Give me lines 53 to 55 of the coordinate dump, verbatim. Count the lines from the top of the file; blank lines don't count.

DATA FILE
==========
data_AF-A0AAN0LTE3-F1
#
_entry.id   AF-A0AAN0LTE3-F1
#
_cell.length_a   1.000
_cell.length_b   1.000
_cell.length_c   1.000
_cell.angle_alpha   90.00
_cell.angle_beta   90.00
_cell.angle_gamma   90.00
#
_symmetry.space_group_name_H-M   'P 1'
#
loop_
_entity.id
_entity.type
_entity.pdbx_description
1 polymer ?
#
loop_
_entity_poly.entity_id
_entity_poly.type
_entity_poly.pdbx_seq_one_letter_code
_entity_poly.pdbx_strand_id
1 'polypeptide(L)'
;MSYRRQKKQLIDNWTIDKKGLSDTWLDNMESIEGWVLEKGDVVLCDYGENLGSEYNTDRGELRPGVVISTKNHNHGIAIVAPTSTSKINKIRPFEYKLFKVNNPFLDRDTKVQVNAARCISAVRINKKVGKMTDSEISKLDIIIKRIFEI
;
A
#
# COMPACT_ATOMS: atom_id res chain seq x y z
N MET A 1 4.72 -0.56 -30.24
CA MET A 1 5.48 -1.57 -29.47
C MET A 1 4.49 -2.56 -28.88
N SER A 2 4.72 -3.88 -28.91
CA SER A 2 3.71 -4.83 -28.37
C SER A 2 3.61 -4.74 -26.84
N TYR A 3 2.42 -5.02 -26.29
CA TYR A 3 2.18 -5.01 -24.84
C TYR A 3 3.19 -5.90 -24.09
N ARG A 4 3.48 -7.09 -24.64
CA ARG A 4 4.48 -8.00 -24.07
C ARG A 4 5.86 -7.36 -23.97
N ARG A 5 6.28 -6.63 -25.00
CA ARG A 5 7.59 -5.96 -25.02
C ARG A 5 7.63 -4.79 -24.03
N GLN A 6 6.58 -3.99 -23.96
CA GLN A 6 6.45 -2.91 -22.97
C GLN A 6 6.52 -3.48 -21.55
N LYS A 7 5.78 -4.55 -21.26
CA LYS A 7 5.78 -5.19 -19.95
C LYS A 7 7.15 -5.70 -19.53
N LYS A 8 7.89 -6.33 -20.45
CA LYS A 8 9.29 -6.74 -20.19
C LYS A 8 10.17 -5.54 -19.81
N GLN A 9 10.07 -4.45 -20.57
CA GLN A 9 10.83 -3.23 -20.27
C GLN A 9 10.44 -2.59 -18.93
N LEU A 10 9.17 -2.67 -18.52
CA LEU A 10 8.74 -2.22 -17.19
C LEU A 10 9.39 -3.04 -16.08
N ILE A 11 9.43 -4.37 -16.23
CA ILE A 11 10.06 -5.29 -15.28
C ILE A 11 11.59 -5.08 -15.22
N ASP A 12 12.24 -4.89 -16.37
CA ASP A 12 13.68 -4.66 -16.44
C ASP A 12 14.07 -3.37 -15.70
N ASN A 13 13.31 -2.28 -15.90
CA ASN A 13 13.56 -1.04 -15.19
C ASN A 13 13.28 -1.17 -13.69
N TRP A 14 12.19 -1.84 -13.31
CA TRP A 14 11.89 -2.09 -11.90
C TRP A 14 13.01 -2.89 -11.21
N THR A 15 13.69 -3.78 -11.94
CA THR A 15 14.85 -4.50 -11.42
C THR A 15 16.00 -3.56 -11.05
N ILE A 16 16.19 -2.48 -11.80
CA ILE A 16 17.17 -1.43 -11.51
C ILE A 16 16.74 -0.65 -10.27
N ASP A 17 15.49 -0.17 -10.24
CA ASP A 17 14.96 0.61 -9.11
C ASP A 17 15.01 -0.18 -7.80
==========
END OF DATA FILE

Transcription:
CA LYS A 8 9.29 -6.74 -20.19
C LYS A 8 10.17 -5.54 -19.81
N GLN A 9 10.07 -4.45 -20.57